Duluth Ski Club/Chester Bowl
MY FIRST and LAST RIDE ON BIG CHESTER
Big Chester was BIG!
Built in ’26 on the banks of Duluth’s Chester Creek, it had a large false knoll to complement the tall steel and wooden scaffold to enable a P point of 40m and a K point of 49 or 50 meters.
The box could be seen from all over town. From the box, one could look out at a beautiful panoramic of the City. Man, I wish I could bring my iPhone up there now and shoot on pano mode. I calculate a view of Lake Superior further than 35 miles.
At about 2/3 up the rickety 2×2 “stairs”, the skier popped above the tree line and the wind would start to blow. Fantastic for kite flying at the top: We would just toss our kites into the air and let the wind do our work. The wind was not so fantastic while wearing the old jump suits.
The knoll was big, too. Landing short meant a punishing thud and a scrape job along your ears from one’s knees brushing past. It actually hurt. Then there was the Cow Path…
Making it over the knob did not absolve you of humiliation and pain, it only earned the opportunity to hit the Cow Path, a deep trail left from the markers crossing the landing on their way to the other side of the landing. There was lots of landing below that.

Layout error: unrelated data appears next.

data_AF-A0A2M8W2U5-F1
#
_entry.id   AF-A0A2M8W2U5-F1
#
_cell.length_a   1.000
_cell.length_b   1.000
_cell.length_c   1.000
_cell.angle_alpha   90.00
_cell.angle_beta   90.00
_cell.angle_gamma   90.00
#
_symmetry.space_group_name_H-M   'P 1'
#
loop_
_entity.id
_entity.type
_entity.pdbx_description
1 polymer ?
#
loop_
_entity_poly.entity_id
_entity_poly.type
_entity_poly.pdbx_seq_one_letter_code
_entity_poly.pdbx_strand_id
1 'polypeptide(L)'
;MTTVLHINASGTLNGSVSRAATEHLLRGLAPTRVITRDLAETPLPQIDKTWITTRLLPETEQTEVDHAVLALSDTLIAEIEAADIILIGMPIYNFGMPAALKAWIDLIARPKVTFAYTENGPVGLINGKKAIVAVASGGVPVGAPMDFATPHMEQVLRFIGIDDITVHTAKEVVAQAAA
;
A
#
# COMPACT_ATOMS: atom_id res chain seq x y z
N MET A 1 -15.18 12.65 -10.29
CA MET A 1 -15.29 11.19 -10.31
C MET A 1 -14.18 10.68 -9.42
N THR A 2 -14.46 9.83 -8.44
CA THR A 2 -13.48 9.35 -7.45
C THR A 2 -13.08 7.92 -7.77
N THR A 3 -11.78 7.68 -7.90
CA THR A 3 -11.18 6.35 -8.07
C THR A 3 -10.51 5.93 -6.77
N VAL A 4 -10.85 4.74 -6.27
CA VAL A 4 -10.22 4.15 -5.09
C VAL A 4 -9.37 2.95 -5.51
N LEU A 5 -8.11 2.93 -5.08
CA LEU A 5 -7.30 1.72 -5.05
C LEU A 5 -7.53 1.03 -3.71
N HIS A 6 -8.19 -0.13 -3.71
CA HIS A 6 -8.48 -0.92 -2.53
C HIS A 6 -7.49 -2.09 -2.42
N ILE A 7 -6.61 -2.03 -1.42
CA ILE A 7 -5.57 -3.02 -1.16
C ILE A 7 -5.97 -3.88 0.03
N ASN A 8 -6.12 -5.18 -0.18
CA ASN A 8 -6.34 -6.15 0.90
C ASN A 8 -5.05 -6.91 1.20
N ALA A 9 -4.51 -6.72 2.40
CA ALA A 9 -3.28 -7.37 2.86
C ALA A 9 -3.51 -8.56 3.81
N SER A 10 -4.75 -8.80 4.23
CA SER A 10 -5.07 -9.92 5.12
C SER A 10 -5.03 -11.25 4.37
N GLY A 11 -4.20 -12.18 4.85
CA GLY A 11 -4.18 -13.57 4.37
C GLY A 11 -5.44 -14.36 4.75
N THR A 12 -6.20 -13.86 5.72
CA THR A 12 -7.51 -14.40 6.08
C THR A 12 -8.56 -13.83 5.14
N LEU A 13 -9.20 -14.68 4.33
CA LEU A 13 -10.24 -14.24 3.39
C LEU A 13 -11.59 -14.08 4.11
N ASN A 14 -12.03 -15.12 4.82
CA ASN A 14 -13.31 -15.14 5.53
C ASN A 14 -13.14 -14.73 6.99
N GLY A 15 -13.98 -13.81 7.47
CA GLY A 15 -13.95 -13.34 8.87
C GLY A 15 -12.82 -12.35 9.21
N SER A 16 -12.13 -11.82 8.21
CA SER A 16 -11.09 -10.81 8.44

When I was about 11 years old, none of this was properly explained to me, so I making the decision to ride it was easy. I wasn’t scared, but like Yoda said, I should have been. At the time, I weighed about 60 lbs. and was skiing on a 180 cm pair of Norway’s Bonna skis with grey bottoms. My alpine skis are longer…
I don’t even remember kicking out of the start. That’s probably better, as that might have hindered remaining jumps. Everything went well until the take off, but I don’t recall that, either- only the effects of such. I don’t remember the flight, probably because it was so short. However, the jump was long enough to hit …IT- the Cow Path.
I landed on my a$$, exactly on the upper side of the crossing, setting myself up for the perfect re-launch into the flight trajectory of our Nation’s better skiers. I was so high on my second flight that I lit south of the cup, ending in a fantastic explosion.
I do remember the crowd around me at the bottom, asking all the pertinent questions. Being light is very good in ski jumping for more than one reason. I should mention to the younger readers that not all of us had a coach or even supervision in those days. Helmet, schmelmet.
I walked away from that event and waited until the end of the next year to try it again. With Yoda’s advice firmly planted, I kept at it.
My last ride went better. I do remember the take-off of this ride. And I do remember the flight. I doubt if I was higher than the re-launch, but my effort resulted in the hill record of 54.5m/180’.
My record is safe, never to be broken, but it is because our ski jump is gone. So my heart is broken: I would rather have our hill and someone else’s name attached to the record.